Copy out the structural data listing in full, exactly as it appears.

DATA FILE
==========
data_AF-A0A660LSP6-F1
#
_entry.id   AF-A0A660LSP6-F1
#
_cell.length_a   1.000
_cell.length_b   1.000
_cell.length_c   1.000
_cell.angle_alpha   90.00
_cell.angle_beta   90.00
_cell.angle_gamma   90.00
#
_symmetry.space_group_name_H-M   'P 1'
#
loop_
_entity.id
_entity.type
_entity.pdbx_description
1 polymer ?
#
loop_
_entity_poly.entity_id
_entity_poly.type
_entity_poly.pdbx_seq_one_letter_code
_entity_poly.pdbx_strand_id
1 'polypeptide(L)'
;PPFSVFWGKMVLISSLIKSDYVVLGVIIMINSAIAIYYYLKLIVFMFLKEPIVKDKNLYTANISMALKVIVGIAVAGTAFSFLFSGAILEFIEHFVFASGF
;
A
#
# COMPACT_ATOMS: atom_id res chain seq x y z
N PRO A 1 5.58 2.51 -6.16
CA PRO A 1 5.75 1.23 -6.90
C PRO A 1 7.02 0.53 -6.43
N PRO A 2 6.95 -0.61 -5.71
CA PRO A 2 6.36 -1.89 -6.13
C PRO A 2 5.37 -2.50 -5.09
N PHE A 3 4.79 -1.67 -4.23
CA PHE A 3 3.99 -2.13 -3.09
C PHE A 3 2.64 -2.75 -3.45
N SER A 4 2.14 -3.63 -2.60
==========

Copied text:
data_AF-A0A660LSP6-F1
#
_entry.id   AF-A0A660LSP6-F1
#
_cell.length_a   1.000
_cell.length_b   1.000
_cell.length_c   1.000
_cell.angle_alpha   90.00
_cell.angle_beta   90.00
_cell.angle_gamma   90.00
#
_symmetry.space_group_name_H-M   'P 1'
#
loop_
_entity.id
_entity.type
_entity.pdbx_description
1 polymer ?
#
loop_
_entity_poly.entity_id
_entity_poly.type
_entity_poly.pdbx_seq_one_letter_code
_entity_poly.pdbx_strand_id
1 'polypeptide(L)'
;PPFSVFWGKMVLISSLIKSDYVVLGVIIMINSAIAIYYYLKLIVFMFLKEPIVKDKNLYTANISMALKVIVGIAVAGTAFSFLFSGAILEFIEHFVFASGF
;
A
#
# COMPACT_ATOMS: atom_id res chain seq x y z
N PRO A 1 5.58 2.51 -6.16
CA PRO A 1 5.75 1.23 -6.90
C PRO A 1 7.02 0.53 -6.43
N PRO A 2 6.95 -0.61 -5.71
CA PRO A 2 6.36 -1.89 -6.13
C PRO A 2 5.37 -2.50 -5.09
N PHE A 3 4.79 -1.67 -4.23
CA PHE A 3 3.99 -2.13 -3.09
C PHE A 3 2.64 -2.75 -3.45
N SER A 4 2.14 -3.63 -2.60